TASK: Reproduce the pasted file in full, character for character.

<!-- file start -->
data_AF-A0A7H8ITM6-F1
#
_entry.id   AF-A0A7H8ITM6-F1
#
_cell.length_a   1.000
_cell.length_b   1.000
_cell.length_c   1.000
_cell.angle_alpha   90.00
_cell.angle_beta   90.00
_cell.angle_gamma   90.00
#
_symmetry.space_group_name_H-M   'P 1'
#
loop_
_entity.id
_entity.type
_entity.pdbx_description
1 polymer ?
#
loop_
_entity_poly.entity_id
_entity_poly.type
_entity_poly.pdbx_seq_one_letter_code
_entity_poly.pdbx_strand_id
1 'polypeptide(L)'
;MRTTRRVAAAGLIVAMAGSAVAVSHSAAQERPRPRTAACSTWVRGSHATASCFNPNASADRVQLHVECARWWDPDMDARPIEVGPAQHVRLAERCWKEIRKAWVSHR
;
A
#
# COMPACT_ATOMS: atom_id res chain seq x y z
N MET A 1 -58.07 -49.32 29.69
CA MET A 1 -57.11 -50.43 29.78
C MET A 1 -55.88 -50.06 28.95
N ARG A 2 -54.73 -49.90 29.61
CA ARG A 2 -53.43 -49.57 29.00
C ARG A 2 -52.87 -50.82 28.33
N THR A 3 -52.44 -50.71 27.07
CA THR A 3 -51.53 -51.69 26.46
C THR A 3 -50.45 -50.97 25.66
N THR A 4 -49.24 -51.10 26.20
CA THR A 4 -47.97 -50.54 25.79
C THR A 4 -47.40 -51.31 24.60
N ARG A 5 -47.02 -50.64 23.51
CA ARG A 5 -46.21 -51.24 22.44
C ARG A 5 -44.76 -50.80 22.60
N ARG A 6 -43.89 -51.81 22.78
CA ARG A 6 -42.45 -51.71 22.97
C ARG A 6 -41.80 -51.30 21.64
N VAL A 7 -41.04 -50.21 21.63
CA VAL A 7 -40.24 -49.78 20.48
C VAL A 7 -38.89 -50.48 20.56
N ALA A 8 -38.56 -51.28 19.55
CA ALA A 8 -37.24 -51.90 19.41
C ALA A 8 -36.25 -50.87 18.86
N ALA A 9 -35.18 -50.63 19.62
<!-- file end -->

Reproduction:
data_AF-A0A7H8ITM6-F1
#
_entry.id   AF-A0A7H8ITM6-F1
#
_cell.length_a   1.000
_cell.length_b   1.000
_cell.length_c   1.000
_cell.angle_alpha   90.00
_cell.angle_beta   90.00
_cell.angle_gamma   90.00
#
_symmetry.space_group_name_H-M   'P 1'
#
loop_
_entity.id
_entity.type
_entity.pdbx_description
1 polymer ?
#
loop_
_entity_poly.entity_id
_entity_poly.type
_entity_poly.pdbx_seq_one_letter_code
_entity_poly.pdbx_strand_id
1 'polypeptide(L)'
;MRTTRRVAAAGLIVAMAGSAVAVSHSAAQERPRPRTAACSTWVRGSHATASCFNPNASADRVQLHVECARWWDPDMDARPIEVGPAQHVRLAERCWKEIRKAWVSHR
;
A
#
# COMPACT_ATOMS: atom_id res chain seq x y z
N MET A 1 -58.07 -49.32 29.69
CA MET A 1 -57.11 -50.43 29.78
C MET A 1 -55.88 -50.06 28.95
N ARG A 2 -54.73 -49.90 29.61
CA ARG A 2 -53.43 -49.57 29.00
C ARG A 2 -52.87 -50.82 28.33
N THR A 3 -52.44 -50.71 27.07
CA THR A 3 -51.53 -51.69 26.46
C THR A 3 -50.45 -50.97 25.66
N THR A 4 -49.24 -51.10 26.20
CA THR A 4 -47.97 -50.54 25.79
C THR A 4 -47.40 -51.31 24.60
N ARG A 5 -47.02 -50.64 23.51
CA ARG A 5 -46.21 -51.24 22.44
C ARG A 5 -44.76 -50.80 22.60
N ARG A 6 -43.89 -51.81 22.78
CA ARG A 6 -42.45 -51.71 22.97
C ARG A 6 -41.80 -51.30 21.64
N VAL A 7 -41.04 -50.21 21.63
CA VAL A 7 -40.24 -49.78 20.48
C VAL A 7 -38.89 -50.48 20.56
N ALA A 8 -38.56 -51.28 19.55
CA ALA A 8 -37.24 -51.90 19.41
C ALA A 8 -36.25 -50.87 18.86
N ALA A 9 -35.18 -50.63 19.62